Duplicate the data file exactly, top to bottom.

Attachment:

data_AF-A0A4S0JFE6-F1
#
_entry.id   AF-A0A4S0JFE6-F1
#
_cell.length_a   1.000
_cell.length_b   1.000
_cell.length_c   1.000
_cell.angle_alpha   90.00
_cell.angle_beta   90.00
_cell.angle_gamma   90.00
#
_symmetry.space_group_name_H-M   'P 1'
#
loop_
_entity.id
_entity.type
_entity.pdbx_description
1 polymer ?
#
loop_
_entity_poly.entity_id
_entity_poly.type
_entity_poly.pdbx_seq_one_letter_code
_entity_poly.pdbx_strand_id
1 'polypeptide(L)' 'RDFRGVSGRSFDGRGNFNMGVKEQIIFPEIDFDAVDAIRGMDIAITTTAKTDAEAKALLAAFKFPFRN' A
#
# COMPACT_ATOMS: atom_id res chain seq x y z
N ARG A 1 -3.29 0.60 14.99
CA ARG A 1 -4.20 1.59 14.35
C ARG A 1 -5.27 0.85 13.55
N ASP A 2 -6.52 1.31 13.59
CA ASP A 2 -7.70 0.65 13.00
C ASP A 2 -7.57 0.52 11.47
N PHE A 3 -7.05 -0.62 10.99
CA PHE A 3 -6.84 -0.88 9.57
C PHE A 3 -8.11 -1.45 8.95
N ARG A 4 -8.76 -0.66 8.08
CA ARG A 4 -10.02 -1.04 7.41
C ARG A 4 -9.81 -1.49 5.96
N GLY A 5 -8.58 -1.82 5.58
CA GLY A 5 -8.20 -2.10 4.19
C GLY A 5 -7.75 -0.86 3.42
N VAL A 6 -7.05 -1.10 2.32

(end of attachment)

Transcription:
data_AF-A0A4S0JFE6-F1
#
_entry.id   AF-A0A4S0JFE6-F1
#
_cell.length_a   1.000
_cell.length_b   1.000
_cell.length_c   1.000
_cell.angle_alpha   90.00
_cell.angle_beta   90.00
_cell.angle_gamma   90.00
#
_symmetry.space_group_name_H-M   'P 1'
#
loop_
_entity.id
_entity.type
_entity.pdbx_description
1 polymer ?
#
loop_
_entity_poly.entity_id
_entity_poly.type
_entity_poly.pdbx_seq_one_letter_code
_entity_poly.pdbx_strand_id
1 'polypeptide(L)' 'RDFRGVSGRSFDGRGNFNMGVKEQIIFPEIDFDAVDAIRGMDIAITTTAKTDAEAKALLAAFKFPFRN' A
#
# COMPACT_ATOMS: atom_id res chain seq x y z
N ARG A 1 -3.29 0.60 14.99
CA ARG A 1 -4.20 1.59 14.35
C ARG A 1 -5.27 0.85 13.55
N ASP A 2 -6.52 1.31 13.59
CA ASP A 2 -7.70 0.65 13.00
C ASP A 2 -7.57 0.52 11.47
N PHE A 3 -7.05 -0.62 10.99
CA PHE A 3 -6.84 -0.88 9.57
C PHE A 3 -8.11 -1.45 8.95
N ARG A 4 -8.76 -0.66 8.08
CA ARG A 4 -10.02 -1.04 7.41
C ARG A 4 -9.81 -1.49 5.96
N GLY A 5 -8.58 -1.82 5.58
CA GLY A 5 -8.20 -2.10 4.19
C GLY A 5 -7.75 -0.86 3.42
N VAL A 6 -7.05 -1.10 2.32